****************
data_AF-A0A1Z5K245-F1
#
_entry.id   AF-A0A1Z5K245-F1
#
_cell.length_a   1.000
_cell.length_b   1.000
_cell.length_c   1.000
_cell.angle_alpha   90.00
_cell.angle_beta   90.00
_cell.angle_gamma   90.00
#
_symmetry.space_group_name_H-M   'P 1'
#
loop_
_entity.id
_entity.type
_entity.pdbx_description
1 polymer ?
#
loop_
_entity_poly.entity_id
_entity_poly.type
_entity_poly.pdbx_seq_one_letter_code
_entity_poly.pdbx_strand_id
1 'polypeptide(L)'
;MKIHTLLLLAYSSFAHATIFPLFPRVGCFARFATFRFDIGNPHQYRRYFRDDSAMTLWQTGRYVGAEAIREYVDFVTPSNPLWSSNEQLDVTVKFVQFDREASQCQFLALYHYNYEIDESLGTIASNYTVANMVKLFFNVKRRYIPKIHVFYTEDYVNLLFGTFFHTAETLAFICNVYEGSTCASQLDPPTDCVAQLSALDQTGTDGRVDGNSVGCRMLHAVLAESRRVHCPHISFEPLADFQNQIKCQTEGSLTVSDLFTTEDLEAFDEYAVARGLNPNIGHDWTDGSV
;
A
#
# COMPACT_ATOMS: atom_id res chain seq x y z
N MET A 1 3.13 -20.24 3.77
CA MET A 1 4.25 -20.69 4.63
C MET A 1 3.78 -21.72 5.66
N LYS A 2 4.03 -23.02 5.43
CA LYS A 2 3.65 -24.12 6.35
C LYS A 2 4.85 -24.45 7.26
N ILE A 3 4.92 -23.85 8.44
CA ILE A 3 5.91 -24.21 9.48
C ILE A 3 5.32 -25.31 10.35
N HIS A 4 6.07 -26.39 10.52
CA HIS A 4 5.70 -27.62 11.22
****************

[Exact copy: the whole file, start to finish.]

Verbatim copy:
data_AF-A0A1Z5K245-F1
#
_entry.id   AF-A0A1Z5K245-F1
#
_cell.length_a   1.000
_cell.length_b   1.000
_cell.length_c   1.000
_cell.angle_alpha   90.00
_cell.angle_beta   90.00
_cell.angle_gamma   90.00
#
_symmetry.space_group_name_H-M   'P 1'
#
loop_
_entity.id
_entity.type
_entity.pdbx_description
1 polymer ?
#
loop_
_entity_poly.entity_id
_entity_poly.type
_entity_poly.pdbx_seq_one_letter_code
_entity_poly.pdbx_strand_id
1 'polypeptide(L)'
;MKIHTLLLLAYSSFAHATIFPLFPRVGCFARFATFRFDIGNPHQYRRYFRDDSAMTLWQTGRYVGAEAIREYVDFVTPSNPLWSSNEQLDVTVKFVQFDREASQCQFLALYHYNYEIDESLGTIASNYTVANMVKLFFNVKRRYIPKIHVFYTEDYVNLLFGTFFHTAETLAFICNVYEGSTCASQLDPPTDCVAQLSALDQTGTDGRVDGNSVGCRMLHAVLAESRRVHCPHISFEPLADFQNQIKCQTEGSLTVSDLFTTEDLEAFDEYAVARGLNPNIGHDWTDGSV
;
A
#
# COMPACT_ATOMS: atom_id res chain seq x y z
N MET A 1 3.13 -20.24 3.77
CA MET A 1 4.25 -20.69 4.63
C MET A 1 3.78 -21.72 5.66
N LYS A 2 4.03 -23.02 5.43
CA LYS A 2 3.65 -24.12 6.35
C LYS A 2 4.85 -24.45 7.26
N ILE A 3 4.92 -23.85 8.44
CA ILE A 3 5.91 -24.21 9.48
C ILE A 3 5.32 -25.31 10.35
N HIS A 4 6.07 -26.39 10.52
CA HIS A 4 5.70 -27.62 11.22